In today’s hectic world, sleep can seem like a luxury. Between work, school and social obligations, many of us feel like we don’t have time to get enough sleep, and when we do have time to catch some Z’s, we can’t manage to turn our brains off. And for those who suffer from back pain, the time change can be a period of increased pain. As we spring forward on March 13, most of us will find that it takes our bodies a few weeks to adjust to the time change. Here are some tips I would like to share that can help you prepare for bedtime and prevent back pain.
Electronic Devices and Sleep
These days, our electronic devices are practically part of our bodies. While they are useful tools, our electronics can also have a big impact on our ability to sleep. According to the National Sleep Foundation, not only can the light emitted by our phones and other electronics keep us up at night, using electronics before bed can cause the brain to stay active, making it harder to sleep. One tip is to stop using your electronic devices at least one hour before you go to bed. If you want to get a better night’s rest, you might consider removing electronics from your bedroom altogether.
Your Sleeping Environment
One thing that is often overlooked is your bedroom and how you can make a few changes to help you sleep better. It is recommended to sleep in a cool environment, the ideal temperature being between 65 to 68 degrees. Another recommendation is to keep your bedroom dark. Street lights, lights from other homes or from your electronic devices can disrupt your sleep. Lastly, I recommend starting a short breathing/meditation exercise before going to sleep.
Diet and Sleep
Your diet and the timing of your meals can have a big impact on your sleep cycle. Eating late at night, for example, can make it harder for your body to shut down and could result in an upset stomach that will keep you up. In addition, eating sugary foods and drinks or caffeinated beverages close to bedtime can make falling asleep more difficult, so it’s best to avoid them before you hit the hay.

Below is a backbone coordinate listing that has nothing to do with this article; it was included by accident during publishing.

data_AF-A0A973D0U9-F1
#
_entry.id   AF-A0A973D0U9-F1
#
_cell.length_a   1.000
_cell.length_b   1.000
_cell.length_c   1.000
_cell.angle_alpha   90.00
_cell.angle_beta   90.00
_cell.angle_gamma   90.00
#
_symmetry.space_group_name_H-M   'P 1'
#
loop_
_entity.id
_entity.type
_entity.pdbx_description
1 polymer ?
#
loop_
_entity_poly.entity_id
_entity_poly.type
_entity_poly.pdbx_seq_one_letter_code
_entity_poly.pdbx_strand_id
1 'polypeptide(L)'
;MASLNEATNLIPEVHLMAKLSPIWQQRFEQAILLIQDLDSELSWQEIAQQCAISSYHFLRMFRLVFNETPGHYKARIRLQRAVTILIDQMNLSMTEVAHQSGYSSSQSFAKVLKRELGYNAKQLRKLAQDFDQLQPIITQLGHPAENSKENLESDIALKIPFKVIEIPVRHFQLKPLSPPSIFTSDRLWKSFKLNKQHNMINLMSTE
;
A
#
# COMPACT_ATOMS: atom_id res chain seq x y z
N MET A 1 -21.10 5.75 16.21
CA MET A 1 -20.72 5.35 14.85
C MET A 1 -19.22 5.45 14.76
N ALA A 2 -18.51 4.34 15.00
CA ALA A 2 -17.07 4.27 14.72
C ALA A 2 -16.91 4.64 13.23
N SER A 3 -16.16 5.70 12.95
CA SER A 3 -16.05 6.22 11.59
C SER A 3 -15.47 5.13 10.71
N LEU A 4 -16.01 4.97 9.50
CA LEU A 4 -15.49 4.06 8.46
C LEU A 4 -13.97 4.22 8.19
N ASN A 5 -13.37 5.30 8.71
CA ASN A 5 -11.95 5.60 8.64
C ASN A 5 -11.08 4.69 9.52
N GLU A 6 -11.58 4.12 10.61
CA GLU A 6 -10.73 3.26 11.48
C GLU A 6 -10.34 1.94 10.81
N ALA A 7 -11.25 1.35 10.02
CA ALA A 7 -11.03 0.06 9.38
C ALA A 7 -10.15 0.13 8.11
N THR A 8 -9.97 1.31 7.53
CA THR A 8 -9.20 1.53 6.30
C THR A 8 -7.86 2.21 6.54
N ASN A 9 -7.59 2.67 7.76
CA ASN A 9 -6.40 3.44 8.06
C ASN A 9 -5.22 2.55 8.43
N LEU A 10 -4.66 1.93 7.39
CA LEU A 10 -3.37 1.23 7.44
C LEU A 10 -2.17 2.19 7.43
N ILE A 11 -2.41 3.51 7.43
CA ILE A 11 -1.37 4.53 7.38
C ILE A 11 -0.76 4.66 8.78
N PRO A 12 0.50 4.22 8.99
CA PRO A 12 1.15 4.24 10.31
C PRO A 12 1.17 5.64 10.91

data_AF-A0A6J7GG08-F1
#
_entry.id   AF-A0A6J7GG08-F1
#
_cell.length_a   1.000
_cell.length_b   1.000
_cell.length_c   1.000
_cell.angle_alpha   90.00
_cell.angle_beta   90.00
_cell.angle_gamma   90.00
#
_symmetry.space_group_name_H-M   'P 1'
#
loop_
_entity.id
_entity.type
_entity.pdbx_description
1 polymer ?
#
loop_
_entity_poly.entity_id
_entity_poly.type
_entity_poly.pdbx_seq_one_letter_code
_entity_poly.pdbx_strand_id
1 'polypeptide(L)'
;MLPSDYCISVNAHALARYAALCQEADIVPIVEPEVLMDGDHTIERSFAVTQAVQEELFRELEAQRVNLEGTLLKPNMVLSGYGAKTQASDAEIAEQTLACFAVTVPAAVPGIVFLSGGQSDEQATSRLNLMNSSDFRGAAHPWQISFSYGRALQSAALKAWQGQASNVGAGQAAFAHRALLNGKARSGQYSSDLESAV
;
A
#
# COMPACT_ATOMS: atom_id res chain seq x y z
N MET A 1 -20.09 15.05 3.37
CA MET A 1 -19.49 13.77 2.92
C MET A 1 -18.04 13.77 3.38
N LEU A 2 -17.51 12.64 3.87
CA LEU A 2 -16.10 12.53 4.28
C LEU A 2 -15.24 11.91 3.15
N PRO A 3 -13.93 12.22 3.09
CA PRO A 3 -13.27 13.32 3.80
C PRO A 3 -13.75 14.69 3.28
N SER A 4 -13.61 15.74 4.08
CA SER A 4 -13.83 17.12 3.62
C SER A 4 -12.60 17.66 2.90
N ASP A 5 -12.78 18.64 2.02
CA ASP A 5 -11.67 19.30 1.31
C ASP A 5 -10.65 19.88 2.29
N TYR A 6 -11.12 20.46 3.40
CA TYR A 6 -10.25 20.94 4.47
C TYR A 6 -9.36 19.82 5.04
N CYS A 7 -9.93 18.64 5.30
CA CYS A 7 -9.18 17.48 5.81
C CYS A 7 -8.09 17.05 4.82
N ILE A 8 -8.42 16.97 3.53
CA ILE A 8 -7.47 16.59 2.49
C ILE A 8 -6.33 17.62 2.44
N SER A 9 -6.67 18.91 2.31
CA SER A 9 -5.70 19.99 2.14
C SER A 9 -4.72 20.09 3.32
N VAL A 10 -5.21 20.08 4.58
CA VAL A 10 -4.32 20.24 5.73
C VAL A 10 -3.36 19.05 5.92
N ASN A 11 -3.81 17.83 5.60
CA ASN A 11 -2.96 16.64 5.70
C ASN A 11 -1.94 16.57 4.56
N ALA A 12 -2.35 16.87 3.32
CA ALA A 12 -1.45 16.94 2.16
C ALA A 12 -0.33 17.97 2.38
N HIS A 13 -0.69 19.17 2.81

Exercise and Sleep
The more energy you burn during the day, the easier it will be for you to nod off at night. In addition, leading a sedentary lifestyle can make it more difficult for you to fall asleep. If you’re having trouble heading off to dreamland, getting some exercise may be the prescription you need. Be sure to talk to a doctor about your sleep issues. They may recommend an exercise program that will make it easier to achieve quality, restful sleep.
Michele Perez, MD, received her medical degree from Louisiana State University Medical Center in New Orleans, LA. She completed her residency in Physical Medicine and Rehabilitation at Emory University in Atlanta, GA. She is Board Certified in Physical Medicine and Rehabilitation. Additionally, she is a member of the American Academy of Physical Medicine and Rehabilitation and the North American Spine Society. Dr. Perez serves on the Board of Directors for Resurgens Orthopaedics. She practices at the Resurgens Canton and Kennesaw locations.
Resurgens Spine Center • Nonsurgical & Surgical Spine Care • 24 Convenient Atlanta Locations • www.ResurgensSpine.com